Lakshmi, a 28-year-old woman from Guntur finds it hard to forget June 19, 2009. That was the day she became a victim of an acid attack. Her face was burnt and the eye damaged. Unless she manages a cornea donation, her loss is likely to be permanent. For Lakshmi and others like her, the work that is being done in L.V. Prasad Eye Institute, Hyderabad, can mean a rescue from blindness. If the Eye Institute keeps to its path of progress in stem cell research, Lakshmi could grow her cornea back. “We have tackled almost 600 such cases using stem cells from corneal epithelium,” says D. Balasubramanian, director of research, L.V. Prasad Eye Institute. A combination of factors have made India one of the hotbeds of stem cell research in the world, with both the government and private firms working in very interesting areas to win the sweepstakes of life as it were.
The world over, ste
m cells have been touted as the new medical technology with potential to change the way healing happens in a human body. The human body is made of cells which carry genes. Genes are the carriers of inheritance (curly hair), and all characteristics (deep baritone voice, pouted lips) that make a human being distinct. Stem cells are specialised cells found in certain parts of the body — umbilical cord, bone marrow, embryo and even teeth — that have the capacity to become like any other cell in the body. If stem cell technology develops fully you would be able to grow back a malfunctioning lung, atrophied heart muscle, burnt skin or failing kidney.
In the US, the Obama Administration has announced an increase in government funding for stem cell research. South Korea has a stem cell programme that is now eight years old and has provided close to $150 million dollars to develop stem cell lines that can be used in a variety of therapies. The most heartening thing is that India has got into researching stem cells very aggressively.
Stem cells are the Holy Grail of medicine and no country has a clear advantage as yet. USA could have had the lead but the Bush administration delayed research into stem cells on ethical grounds. South Korea looked like it had a lead when a Korean scientist Hwang Woo Suk claimed that he developed medically useful embryonic stem cells. Unfortunately, his claim was false. That set South Korea’s stem cell research back. India therefore has a chance to be one of the first to understand and use this technology.
Government of India realises this and the Department of Biotechnology has allocated more than Rs. 300 crore over the last five years towards basic and applied research in stem cell technology. Since the programme is government funded, it focusses on diseases that affect millions of Indians rather than exotic diseases and reminds one of its vaccine programme.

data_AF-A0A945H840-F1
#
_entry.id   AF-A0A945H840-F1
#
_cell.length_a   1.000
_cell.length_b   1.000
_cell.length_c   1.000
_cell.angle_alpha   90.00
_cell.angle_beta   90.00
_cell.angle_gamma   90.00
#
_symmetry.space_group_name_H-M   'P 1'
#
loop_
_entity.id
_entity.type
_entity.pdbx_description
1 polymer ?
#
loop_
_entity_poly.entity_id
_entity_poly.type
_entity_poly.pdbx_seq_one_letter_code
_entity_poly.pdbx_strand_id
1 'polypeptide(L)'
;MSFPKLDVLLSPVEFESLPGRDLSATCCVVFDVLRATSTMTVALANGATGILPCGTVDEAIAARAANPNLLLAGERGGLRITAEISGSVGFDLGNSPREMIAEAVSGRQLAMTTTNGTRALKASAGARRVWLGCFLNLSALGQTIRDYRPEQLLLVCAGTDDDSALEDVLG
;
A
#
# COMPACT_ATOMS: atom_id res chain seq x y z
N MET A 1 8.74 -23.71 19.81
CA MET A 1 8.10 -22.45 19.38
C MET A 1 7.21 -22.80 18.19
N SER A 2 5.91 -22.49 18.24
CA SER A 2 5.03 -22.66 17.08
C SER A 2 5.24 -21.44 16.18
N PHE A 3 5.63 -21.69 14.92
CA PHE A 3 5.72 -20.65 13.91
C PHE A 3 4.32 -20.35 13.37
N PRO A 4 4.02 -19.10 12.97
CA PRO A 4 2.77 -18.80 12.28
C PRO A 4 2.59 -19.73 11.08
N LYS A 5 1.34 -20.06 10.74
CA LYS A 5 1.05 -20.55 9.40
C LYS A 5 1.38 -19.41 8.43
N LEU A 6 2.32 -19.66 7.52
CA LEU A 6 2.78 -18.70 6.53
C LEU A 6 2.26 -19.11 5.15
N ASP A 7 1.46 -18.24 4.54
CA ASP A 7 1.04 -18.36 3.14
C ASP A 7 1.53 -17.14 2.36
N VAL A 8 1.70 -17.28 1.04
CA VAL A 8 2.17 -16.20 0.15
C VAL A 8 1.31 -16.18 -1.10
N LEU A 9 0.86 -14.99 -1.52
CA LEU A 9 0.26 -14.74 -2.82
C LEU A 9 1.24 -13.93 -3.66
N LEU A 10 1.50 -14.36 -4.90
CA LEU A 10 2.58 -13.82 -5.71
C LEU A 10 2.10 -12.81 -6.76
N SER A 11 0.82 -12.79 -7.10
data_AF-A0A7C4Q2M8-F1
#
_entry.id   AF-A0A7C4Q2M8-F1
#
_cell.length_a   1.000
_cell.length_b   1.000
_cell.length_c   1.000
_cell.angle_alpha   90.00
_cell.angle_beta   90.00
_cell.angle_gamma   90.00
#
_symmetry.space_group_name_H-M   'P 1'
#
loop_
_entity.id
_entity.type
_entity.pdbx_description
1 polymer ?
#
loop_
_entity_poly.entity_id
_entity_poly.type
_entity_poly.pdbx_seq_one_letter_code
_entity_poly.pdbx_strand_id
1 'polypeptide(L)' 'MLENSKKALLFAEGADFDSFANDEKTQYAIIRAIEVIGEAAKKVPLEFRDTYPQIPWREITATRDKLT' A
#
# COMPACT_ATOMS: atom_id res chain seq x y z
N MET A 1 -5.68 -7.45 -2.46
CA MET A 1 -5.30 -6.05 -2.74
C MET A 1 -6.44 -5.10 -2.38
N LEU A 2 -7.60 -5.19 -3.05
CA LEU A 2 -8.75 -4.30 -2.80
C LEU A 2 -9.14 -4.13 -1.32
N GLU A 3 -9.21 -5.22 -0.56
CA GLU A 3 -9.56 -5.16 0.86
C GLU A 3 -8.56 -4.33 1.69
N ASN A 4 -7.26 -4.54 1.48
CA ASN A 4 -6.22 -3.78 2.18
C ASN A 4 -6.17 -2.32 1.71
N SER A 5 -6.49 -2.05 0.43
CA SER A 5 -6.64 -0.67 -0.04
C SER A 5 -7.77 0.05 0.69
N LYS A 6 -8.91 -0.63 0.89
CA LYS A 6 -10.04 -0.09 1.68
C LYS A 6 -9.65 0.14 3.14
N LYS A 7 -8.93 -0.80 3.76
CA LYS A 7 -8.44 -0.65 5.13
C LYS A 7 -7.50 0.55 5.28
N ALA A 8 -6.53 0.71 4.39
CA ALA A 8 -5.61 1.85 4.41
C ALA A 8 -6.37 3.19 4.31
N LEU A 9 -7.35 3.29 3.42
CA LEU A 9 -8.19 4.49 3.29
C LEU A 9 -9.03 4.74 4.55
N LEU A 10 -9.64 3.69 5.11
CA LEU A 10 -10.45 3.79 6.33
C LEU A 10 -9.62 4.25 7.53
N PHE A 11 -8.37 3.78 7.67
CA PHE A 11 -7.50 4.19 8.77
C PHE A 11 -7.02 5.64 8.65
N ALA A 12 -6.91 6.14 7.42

The entire government directed effort is in understanding the fundamentals of how stem cells work and conducting clinical trials to gauge the effectiveness of the therapy. The leading organisation doing the fundamental work is the National Centre for Biological Sciences (NCBS) in Bangalore. “We are developing model systems, for example planaria or hydra to understand how stem cells work,” says S. Ramaswamy, Dean, InStem, NCBS. Model systems are simple systems that scientists study to derive principles that can be applied to more complex systems. For instance, bacteria and yeast are model systems to understand molecular biology.
Flanking InStem at NCBS are a variety of institutes like AIIMS, L.V. Prasad Eye Institute, Center for Stem Cell Research at CMC Vellore and National Centre for Cell Sciences (NCCS) at Pune University. Most of these institutes are focussing on applied part of the research. They are trying to focus on three areas: Regeneration of damaged muscles due to heart attack, stroke or cornea damage. Given the prevalence of heart attacks, blindness and strokes, this seems a sensible strategy.
The task of these institutes is to locate promising sources of stem cells, apply stem cell therapy to cure patients and verify if the procedure is stable enough for wider applcation.
This is exactly the area where private effort too has come to the fore. Dr. Satish Patki, along with Dr. Ramesh Bhonde of NCCS, have shown that the female genital tract (endometrium) is a rich source of stem cells. Dr. Patki is now trying to see whether these stem cells can be used to generate blood flow to the foetus. “Without this therapy the blood pressure of the mother can rise to extremely abnormal levels and a doctor may have to abort the pregnancy to save the mother,” he says. As of now, he has only been able to use the tried and trusted bone marrow stem cells to do this. Now he is beginning trials to see if he can use source stem cells. Dr. Naresh Trehan at Medanta Hospital in Gurgaon has used bone marrow stem cells to grow capillaries in patients who don’t have alternate blood vessels for a by-pass operation. Reliance Life Sciences has just been given the go ahead for using stem cells sourced from one’s own body for therapy on a large scale.
If stem cells are going to be needed then someone will have to store them. Companies like Reliance Life Sciences and Lifecell have created facility to store stem cells from umbilical cord. Stemade is trying to store stem-cells from milk-teeth.
All this explosion of enterprise in stem cells is not without worries. There are reports of people being given “stem cell” injections for Rs. 80,000 a pop! There are ethical worries on the side-effect of such treatment. “Experimentation is good but having regulatory framework is absolutely essential. Right now we only have guidelines,” says Ramaswamy of NCBS.
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(This story appears in the 19 February, 2010 issue of Forbes India. To visit our Archives, click here.)